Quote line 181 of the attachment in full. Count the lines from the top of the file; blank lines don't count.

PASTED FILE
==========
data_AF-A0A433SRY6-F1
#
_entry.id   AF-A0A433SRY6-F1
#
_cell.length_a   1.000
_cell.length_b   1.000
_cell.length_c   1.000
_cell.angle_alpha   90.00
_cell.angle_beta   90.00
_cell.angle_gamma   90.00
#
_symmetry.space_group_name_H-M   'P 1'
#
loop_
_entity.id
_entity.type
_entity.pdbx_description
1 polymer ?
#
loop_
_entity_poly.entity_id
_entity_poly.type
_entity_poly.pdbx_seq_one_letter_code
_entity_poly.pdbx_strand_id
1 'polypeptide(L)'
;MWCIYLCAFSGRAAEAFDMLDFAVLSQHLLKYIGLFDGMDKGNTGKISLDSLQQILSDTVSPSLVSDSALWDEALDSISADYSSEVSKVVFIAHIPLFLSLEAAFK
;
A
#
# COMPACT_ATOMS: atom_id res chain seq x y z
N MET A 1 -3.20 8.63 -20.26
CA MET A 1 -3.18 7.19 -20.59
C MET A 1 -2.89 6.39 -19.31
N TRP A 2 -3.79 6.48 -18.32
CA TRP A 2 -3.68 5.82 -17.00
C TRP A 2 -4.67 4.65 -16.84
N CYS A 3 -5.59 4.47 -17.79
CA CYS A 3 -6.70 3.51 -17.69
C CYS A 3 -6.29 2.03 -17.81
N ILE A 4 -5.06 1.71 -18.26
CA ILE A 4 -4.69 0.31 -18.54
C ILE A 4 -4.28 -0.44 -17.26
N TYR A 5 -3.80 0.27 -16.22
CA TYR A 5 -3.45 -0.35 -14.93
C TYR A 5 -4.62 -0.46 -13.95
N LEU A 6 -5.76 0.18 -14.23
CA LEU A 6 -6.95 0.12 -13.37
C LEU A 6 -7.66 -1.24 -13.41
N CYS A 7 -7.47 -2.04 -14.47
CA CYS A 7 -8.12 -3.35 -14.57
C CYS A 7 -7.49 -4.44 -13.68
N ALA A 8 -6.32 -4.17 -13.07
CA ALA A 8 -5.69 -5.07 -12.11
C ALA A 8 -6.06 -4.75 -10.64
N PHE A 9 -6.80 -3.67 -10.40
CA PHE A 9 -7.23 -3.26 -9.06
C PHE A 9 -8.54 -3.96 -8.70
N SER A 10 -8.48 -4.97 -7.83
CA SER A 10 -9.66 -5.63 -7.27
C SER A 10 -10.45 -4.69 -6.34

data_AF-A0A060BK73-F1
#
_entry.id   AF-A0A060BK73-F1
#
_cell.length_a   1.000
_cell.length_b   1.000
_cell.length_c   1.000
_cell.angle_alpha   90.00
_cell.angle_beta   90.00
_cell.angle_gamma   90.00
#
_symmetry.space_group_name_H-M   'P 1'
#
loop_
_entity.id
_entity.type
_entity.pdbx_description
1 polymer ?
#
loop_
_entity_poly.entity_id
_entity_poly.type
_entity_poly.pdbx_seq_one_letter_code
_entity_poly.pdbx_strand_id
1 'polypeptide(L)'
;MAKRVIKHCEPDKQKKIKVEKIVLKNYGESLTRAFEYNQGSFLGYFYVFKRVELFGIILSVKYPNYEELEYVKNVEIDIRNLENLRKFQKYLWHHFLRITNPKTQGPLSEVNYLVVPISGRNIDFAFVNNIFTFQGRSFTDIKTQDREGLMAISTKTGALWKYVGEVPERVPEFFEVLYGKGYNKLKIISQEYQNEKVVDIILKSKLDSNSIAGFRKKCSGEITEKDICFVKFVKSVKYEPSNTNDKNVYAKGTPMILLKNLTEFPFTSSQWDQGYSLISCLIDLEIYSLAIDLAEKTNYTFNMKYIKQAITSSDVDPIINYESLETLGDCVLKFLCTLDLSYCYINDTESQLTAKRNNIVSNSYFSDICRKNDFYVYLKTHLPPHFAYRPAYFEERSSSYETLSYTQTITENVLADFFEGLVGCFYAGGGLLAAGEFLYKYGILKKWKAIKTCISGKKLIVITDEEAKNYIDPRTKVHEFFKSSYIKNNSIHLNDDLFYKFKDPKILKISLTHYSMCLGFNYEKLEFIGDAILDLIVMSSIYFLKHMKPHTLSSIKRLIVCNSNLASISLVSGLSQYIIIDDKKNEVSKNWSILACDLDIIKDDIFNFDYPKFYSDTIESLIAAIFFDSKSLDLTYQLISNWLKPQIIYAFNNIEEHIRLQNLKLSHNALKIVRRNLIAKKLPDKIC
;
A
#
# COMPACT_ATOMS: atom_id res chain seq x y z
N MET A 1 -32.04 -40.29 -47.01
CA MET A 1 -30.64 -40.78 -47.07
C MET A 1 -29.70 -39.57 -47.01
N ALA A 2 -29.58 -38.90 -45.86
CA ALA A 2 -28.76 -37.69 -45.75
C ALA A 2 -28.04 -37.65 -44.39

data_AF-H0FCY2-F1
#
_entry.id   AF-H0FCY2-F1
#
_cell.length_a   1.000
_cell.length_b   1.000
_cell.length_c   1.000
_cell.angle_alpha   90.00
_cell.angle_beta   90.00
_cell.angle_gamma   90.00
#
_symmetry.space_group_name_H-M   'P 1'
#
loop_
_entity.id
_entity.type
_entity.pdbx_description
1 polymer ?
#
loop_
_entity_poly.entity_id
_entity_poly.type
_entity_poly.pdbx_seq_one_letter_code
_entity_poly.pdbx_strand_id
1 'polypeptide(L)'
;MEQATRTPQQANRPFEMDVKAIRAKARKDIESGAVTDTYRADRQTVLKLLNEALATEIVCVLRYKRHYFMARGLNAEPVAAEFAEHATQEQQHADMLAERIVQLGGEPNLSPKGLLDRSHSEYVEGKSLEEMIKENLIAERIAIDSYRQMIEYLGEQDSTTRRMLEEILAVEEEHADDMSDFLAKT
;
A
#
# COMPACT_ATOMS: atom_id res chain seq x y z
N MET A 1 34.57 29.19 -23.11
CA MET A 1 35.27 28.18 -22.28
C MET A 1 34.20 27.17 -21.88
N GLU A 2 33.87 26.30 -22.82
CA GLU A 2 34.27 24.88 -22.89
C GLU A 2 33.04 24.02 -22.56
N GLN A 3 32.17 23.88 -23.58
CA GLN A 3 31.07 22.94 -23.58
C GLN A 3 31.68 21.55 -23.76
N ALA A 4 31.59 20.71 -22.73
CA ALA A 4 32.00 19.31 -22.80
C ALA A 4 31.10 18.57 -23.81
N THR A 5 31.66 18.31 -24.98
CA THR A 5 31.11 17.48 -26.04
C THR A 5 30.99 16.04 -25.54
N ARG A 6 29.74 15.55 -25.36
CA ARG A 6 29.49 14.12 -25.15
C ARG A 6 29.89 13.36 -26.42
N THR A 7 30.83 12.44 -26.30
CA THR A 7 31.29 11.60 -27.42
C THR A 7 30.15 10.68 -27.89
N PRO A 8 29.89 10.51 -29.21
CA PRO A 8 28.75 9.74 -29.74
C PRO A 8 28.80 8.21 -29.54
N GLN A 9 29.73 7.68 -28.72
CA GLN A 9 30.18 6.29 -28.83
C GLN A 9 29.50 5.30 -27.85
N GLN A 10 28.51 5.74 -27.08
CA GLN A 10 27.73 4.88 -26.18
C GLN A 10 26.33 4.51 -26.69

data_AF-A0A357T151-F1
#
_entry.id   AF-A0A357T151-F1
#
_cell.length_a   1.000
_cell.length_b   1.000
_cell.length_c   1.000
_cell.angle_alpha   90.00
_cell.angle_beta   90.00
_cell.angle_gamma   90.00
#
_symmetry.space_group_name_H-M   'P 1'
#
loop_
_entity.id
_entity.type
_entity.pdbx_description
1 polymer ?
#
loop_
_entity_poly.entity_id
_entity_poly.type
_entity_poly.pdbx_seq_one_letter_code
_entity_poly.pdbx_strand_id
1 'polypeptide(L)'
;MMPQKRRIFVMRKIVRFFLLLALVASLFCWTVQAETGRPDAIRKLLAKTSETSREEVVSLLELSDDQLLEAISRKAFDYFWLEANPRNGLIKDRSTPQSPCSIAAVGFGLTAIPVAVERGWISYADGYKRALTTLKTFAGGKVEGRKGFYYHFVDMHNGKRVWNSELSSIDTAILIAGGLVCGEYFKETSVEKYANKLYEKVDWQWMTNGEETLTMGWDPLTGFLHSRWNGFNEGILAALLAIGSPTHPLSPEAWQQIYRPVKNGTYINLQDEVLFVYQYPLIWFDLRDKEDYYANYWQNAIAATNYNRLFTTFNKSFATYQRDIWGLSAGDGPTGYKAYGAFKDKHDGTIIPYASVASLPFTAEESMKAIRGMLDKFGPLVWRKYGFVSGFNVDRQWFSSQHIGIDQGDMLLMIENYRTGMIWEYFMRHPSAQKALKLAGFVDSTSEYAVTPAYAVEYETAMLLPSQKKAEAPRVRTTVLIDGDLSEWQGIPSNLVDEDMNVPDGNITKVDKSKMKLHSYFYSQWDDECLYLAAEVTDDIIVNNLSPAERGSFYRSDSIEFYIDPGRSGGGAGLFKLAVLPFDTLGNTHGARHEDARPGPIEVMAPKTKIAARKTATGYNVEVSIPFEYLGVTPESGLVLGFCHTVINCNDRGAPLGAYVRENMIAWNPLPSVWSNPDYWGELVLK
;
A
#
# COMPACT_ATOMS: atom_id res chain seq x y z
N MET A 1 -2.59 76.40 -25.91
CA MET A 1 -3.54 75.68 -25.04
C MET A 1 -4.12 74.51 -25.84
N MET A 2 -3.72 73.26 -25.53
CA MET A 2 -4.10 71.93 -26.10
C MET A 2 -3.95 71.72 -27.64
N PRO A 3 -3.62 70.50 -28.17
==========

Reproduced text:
1 'polypeptide(L)'